When the fed increased interest rates recently, many panicked as they believed mortgage rates would be higher, but that’s not the case this week for fixed-rate mortgages.
Fixed-rate mortgage interest rates took a nosedive this week, with the 30-year fixed ending the week at 6.08 percent, falling 22 basis points from last week’s average. The 15-year fixed ended the week at 5.48 percent, down 23 basis points from last week. The one-year adjustable rate mortgage slipped to 4.33 percent, diving 10 basis points lower from last week.
I predicted this would happen due to the Fed’s rate increase when I was speaking with a mortgage lender I know earlier this week. The Fed’s move to increase was to curb inflation, according to Alan Greenspan, and it appears that the rate increase curbed the inflation of interest rates, possibly more than anything else.
Many experts attribute the rate drop to the low number of jobs created during the same economic cycle, which is certainly a possibility, but definitely not the only factor.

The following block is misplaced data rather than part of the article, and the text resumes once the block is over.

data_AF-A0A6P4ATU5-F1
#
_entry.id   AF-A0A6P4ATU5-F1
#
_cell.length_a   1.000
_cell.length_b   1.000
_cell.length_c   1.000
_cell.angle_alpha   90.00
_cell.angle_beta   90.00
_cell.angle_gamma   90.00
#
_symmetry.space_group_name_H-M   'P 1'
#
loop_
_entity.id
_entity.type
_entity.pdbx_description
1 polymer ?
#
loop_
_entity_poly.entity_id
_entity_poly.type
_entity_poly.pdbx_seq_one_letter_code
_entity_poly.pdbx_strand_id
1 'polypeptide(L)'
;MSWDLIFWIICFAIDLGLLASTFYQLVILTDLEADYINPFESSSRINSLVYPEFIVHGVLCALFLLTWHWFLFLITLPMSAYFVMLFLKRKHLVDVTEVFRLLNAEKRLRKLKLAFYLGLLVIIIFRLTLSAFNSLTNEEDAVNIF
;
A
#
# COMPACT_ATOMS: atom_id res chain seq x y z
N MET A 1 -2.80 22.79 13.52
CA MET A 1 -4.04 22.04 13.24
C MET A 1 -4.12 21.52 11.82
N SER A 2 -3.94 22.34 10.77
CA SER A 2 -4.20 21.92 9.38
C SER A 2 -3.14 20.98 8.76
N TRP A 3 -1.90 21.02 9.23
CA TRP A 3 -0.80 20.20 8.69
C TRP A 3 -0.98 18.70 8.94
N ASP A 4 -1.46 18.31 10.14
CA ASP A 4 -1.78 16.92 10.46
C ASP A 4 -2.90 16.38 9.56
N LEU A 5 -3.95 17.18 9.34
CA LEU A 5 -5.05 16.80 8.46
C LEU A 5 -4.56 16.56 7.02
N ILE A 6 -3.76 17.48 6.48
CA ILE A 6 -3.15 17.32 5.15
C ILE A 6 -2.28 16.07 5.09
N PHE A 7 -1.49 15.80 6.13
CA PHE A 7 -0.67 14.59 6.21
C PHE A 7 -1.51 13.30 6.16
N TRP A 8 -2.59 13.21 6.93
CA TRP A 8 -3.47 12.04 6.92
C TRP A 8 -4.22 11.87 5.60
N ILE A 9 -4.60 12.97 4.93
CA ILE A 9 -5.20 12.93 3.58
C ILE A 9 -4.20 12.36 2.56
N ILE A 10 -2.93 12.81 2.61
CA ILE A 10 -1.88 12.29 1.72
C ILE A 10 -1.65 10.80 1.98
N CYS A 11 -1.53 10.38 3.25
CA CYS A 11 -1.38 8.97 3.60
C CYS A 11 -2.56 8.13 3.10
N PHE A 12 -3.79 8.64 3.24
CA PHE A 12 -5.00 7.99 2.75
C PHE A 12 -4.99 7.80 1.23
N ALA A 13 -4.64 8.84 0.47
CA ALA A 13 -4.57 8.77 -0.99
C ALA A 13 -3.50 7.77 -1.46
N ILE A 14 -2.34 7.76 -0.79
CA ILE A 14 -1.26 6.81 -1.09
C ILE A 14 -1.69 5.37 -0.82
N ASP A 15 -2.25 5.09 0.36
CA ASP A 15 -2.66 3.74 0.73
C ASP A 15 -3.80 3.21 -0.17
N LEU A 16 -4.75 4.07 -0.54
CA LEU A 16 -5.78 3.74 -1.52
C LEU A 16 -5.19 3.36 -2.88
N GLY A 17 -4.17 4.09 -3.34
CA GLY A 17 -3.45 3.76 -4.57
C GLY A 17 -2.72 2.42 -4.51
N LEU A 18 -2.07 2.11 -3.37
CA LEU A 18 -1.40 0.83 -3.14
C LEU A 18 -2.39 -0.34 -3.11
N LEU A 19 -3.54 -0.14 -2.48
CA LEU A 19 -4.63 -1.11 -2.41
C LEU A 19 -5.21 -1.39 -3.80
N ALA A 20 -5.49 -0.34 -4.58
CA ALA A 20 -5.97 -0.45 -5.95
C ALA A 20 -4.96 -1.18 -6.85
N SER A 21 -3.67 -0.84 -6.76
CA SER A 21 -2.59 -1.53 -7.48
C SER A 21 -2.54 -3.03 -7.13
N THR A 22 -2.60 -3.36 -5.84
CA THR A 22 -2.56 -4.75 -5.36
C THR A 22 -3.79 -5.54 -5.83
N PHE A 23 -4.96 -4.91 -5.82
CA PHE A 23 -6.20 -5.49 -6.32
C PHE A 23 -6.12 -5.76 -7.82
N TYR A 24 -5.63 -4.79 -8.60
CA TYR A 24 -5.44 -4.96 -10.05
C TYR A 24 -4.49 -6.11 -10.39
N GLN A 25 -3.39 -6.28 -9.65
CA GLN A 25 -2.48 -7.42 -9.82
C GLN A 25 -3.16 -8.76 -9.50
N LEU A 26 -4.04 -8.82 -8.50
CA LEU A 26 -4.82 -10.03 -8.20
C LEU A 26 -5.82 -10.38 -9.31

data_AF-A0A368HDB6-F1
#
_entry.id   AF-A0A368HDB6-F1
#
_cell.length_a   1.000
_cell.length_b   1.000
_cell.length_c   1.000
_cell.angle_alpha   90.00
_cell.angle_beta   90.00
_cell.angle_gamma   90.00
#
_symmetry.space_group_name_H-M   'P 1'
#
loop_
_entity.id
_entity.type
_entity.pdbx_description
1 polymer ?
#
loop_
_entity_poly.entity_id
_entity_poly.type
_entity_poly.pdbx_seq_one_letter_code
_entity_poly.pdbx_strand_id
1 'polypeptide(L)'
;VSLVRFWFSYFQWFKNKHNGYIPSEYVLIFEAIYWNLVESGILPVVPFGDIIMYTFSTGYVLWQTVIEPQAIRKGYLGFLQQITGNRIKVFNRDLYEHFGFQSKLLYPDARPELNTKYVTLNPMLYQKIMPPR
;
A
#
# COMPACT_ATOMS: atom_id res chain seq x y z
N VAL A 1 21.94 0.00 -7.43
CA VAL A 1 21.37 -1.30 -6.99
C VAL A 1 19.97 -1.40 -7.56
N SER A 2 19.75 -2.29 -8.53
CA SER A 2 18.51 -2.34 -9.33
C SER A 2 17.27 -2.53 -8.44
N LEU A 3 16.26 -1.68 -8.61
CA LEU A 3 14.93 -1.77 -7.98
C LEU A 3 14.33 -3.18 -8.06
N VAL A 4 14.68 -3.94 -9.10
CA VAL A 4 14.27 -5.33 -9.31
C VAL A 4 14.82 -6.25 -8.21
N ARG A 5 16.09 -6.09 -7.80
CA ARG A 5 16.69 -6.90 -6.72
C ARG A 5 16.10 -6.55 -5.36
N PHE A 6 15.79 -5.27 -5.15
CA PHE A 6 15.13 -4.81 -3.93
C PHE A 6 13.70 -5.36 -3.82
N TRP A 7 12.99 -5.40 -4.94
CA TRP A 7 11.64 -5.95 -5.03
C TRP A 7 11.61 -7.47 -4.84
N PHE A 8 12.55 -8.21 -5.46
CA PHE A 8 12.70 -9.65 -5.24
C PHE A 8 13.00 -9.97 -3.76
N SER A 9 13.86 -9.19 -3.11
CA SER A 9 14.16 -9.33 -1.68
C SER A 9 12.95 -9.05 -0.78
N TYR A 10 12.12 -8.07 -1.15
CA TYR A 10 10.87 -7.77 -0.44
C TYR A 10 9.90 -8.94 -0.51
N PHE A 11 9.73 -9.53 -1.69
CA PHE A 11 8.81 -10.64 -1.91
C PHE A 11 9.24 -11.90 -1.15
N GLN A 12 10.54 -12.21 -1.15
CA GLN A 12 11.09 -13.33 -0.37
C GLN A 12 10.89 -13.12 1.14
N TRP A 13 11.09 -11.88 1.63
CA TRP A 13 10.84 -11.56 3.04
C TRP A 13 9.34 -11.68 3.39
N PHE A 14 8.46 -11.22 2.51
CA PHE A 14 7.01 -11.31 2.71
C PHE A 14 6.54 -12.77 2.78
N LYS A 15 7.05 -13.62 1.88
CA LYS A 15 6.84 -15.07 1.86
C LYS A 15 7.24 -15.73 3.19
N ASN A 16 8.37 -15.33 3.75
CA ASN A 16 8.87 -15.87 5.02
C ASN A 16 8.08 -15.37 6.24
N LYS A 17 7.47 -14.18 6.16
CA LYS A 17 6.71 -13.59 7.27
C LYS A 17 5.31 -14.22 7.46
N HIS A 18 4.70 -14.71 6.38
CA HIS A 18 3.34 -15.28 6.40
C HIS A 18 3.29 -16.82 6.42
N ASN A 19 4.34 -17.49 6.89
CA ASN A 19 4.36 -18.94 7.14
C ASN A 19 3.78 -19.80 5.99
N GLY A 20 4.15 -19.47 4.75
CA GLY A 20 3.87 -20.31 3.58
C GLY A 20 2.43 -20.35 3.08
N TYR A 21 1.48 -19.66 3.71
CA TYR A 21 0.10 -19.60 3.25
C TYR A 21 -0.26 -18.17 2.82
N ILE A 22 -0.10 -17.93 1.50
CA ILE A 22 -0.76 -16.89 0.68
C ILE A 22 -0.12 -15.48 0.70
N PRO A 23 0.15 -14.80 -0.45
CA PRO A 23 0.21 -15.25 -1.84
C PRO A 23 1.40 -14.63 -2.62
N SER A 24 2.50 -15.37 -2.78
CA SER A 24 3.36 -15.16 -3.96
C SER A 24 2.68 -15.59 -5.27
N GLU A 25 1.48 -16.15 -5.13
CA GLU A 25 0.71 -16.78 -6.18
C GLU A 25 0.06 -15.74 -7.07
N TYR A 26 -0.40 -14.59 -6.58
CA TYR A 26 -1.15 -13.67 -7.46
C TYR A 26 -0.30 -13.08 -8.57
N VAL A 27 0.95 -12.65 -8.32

David Berson, Fannie Mae’s chief economist, said there’s a larger indicator at work. He said that the rate drop, occurring after the Fed increased rates, occurred due to a “brief pause” in the economy, meaning that there was a pause in economic growth this week.
Berson’s argument seems to make the most sense of the ones put forward by most economists, and while retail sectors did not see much action this week, home sales appear to have continued to knock down doors, which they likely will continue to do next week with rates much lower than last week.Powered by Sidelines